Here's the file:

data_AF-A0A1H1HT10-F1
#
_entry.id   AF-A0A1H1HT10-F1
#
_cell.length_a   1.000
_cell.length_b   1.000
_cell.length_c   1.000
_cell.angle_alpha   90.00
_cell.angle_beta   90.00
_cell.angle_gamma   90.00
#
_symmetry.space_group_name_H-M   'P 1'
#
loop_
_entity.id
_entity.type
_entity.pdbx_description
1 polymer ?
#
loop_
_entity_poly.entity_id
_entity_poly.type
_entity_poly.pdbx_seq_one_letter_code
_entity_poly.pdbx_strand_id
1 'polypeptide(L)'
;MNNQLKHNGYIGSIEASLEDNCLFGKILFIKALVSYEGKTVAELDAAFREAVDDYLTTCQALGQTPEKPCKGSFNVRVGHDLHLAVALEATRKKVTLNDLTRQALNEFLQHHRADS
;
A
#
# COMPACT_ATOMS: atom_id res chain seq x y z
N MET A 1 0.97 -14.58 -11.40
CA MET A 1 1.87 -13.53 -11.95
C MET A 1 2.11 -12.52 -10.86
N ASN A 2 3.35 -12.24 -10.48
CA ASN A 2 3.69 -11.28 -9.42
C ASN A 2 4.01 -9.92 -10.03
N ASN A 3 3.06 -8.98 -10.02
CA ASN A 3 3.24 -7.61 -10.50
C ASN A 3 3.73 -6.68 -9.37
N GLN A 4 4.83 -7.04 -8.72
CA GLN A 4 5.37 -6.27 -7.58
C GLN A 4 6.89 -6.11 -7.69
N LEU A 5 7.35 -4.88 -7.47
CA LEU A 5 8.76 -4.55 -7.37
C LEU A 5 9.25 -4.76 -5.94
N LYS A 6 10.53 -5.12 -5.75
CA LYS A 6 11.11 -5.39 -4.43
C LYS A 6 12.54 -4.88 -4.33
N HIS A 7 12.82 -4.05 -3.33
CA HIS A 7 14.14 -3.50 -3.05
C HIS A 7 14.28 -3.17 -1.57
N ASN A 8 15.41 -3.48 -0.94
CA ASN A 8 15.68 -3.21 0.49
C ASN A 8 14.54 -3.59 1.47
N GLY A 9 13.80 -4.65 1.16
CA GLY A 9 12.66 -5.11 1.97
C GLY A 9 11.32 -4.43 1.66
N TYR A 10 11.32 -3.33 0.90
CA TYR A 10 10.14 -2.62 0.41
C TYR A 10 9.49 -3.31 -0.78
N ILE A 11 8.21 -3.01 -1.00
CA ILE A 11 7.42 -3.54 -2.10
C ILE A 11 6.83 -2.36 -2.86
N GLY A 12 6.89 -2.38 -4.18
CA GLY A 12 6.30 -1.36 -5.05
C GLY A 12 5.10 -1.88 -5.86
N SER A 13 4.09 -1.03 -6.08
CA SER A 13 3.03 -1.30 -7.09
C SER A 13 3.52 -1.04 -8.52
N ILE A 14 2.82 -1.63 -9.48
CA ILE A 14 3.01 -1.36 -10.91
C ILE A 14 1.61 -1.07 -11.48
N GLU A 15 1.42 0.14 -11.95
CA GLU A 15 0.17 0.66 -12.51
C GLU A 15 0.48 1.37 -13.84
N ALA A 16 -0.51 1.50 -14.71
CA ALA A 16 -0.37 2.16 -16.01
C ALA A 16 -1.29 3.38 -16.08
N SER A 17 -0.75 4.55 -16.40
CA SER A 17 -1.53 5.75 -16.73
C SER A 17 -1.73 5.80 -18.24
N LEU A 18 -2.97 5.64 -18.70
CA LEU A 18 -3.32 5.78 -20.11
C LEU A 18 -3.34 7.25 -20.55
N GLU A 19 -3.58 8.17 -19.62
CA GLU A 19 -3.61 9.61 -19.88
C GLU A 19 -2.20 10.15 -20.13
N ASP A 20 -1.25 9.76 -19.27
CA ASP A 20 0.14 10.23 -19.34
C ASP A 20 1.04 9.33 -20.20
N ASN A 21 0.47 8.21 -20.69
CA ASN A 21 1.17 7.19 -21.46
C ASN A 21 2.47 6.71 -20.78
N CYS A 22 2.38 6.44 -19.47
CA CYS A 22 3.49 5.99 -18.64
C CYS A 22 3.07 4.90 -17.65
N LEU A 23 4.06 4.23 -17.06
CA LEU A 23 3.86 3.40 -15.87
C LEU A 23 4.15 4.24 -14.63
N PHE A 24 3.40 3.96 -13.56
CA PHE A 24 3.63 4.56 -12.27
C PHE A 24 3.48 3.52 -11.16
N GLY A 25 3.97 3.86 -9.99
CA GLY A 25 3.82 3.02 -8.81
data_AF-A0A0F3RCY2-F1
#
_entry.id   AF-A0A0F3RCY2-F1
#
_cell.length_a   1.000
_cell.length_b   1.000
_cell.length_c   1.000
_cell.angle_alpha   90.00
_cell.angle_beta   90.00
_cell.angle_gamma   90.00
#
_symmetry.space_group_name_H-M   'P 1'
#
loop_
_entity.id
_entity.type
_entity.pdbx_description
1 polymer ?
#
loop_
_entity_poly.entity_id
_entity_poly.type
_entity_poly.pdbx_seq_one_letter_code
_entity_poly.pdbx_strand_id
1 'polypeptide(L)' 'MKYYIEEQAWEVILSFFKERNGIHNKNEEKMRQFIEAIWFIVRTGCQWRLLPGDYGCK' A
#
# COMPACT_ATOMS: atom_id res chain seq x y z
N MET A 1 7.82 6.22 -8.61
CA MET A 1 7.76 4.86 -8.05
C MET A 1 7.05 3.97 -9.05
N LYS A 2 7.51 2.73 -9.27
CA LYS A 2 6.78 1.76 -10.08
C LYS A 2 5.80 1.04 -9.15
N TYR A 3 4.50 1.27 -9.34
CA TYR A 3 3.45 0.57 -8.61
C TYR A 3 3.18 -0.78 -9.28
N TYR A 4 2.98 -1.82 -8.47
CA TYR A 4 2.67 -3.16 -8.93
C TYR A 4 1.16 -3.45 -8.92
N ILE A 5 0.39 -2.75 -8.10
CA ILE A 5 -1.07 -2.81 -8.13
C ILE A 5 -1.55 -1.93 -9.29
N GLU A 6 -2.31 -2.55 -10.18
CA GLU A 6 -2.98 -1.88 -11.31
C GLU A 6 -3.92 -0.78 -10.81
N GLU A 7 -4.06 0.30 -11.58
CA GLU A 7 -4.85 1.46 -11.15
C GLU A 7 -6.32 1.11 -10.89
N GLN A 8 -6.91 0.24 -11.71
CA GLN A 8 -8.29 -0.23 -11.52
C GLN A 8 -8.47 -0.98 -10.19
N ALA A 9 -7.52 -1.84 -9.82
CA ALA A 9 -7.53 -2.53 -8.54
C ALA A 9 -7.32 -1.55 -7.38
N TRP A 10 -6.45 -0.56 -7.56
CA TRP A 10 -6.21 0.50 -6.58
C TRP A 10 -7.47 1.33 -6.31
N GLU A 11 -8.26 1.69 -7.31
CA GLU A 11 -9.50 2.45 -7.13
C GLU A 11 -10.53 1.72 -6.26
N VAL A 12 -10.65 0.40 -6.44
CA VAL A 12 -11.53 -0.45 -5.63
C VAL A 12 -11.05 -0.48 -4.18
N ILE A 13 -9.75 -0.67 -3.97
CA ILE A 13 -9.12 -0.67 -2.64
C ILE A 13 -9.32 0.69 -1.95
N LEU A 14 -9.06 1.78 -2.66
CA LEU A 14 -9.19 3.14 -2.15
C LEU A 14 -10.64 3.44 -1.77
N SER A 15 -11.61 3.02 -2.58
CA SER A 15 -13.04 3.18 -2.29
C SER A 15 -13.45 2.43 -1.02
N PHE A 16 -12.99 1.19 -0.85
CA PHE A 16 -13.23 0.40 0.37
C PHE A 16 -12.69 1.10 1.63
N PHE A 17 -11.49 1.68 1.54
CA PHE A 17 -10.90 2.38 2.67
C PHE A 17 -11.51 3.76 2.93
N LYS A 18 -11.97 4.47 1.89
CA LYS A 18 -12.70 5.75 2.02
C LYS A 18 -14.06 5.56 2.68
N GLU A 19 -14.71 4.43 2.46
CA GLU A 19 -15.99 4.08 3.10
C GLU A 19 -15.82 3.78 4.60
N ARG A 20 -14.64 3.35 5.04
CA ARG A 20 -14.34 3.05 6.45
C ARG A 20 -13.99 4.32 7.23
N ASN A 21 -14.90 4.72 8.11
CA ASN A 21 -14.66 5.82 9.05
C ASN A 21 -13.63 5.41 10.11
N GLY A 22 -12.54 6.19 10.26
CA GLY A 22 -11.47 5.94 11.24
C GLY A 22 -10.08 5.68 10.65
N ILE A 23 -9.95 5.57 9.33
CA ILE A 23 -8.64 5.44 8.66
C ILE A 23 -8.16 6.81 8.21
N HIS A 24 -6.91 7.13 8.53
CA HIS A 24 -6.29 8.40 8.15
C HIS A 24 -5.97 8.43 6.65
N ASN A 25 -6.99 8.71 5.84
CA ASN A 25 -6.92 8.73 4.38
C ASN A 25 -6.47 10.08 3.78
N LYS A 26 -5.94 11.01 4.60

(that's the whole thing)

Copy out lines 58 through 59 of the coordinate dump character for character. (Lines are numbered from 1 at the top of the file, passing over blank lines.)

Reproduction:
N TYR A 10 11.32 -3.33 0.90
CA TYR A 10 10.14 -2.62 0.41